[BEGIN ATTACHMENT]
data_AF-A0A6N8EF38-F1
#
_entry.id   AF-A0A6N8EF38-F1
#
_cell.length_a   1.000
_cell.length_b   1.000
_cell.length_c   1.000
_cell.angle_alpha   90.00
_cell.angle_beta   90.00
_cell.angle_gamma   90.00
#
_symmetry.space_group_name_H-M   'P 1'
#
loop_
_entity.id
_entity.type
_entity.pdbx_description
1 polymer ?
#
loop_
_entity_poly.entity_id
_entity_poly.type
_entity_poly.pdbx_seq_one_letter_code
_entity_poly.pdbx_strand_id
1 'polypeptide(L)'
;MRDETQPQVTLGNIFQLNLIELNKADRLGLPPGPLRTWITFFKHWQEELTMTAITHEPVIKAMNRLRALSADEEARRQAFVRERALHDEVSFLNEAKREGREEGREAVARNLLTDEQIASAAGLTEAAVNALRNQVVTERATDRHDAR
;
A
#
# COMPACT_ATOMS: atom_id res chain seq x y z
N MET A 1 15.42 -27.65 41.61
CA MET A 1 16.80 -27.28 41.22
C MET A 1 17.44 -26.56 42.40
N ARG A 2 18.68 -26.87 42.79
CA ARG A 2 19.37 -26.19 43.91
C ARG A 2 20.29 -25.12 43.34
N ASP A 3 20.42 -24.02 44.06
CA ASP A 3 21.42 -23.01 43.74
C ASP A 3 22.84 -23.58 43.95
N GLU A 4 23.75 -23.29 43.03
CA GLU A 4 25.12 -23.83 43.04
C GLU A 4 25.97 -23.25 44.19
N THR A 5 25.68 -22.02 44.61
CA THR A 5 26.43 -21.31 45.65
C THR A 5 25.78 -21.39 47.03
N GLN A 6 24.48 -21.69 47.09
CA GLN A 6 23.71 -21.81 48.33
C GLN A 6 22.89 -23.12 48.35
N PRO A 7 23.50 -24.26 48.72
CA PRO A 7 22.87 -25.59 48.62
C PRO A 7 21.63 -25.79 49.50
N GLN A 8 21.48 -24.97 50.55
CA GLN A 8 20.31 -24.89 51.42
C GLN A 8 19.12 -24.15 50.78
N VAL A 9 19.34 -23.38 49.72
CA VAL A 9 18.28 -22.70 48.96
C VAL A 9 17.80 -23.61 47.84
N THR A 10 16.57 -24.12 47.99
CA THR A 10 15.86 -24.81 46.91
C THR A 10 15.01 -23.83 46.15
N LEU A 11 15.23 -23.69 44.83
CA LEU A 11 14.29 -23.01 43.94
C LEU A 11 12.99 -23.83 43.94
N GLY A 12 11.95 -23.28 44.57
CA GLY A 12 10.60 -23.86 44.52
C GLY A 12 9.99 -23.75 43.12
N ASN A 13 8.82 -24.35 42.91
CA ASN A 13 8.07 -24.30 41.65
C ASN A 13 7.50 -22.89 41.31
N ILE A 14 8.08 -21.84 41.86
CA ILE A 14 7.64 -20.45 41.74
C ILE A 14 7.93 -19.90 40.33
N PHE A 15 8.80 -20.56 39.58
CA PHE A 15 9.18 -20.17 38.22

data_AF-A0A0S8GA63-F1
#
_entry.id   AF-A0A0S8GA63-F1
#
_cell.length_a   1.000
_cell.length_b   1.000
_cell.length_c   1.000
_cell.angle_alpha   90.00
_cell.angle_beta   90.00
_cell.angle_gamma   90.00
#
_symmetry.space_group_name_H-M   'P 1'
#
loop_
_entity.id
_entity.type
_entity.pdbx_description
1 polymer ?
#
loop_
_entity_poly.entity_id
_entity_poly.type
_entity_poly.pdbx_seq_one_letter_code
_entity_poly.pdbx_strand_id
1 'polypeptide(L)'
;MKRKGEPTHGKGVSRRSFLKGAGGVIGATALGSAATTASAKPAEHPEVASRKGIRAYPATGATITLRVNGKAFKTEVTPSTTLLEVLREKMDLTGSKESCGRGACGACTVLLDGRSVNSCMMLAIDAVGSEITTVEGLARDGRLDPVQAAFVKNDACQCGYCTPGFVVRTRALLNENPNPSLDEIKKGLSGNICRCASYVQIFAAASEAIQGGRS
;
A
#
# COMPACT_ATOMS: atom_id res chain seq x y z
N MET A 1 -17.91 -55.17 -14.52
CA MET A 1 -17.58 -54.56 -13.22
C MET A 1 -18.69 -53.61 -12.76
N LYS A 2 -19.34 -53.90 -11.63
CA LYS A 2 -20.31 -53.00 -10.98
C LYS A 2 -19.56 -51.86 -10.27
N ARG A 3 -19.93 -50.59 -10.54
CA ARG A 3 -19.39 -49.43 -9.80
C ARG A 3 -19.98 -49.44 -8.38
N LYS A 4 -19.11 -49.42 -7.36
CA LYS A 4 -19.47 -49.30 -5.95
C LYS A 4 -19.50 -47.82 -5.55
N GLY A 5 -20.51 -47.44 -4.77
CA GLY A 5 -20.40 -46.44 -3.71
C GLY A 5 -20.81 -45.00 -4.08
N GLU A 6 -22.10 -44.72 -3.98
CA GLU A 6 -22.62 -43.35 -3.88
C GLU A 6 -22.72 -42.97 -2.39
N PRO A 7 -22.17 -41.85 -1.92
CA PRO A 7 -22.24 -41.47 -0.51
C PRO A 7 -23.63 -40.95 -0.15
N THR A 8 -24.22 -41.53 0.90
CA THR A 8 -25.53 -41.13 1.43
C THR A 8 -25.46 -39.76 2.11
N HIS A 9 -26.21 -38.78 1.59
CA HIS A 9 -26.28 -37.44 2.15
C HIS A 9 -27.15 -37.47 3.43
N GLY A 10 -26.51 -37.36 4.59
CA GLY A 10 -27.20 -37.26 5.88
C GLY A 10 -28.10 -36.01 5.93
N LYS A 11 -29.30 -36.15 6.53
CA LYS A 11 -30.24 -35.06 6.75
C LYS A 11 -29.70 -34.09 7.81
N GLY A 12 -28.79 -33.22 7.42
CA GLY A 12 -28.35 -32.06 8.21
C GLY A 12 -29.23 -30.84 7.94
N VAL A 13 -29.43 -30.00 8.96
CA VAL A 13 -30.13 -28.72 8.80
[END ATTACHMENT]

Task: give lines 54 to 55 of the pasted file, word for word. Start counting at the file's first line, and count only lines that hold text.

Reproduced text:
C GLN A 8 19.12 -24.15 50.78
N VAL A 9 19.34 -23.38 49.72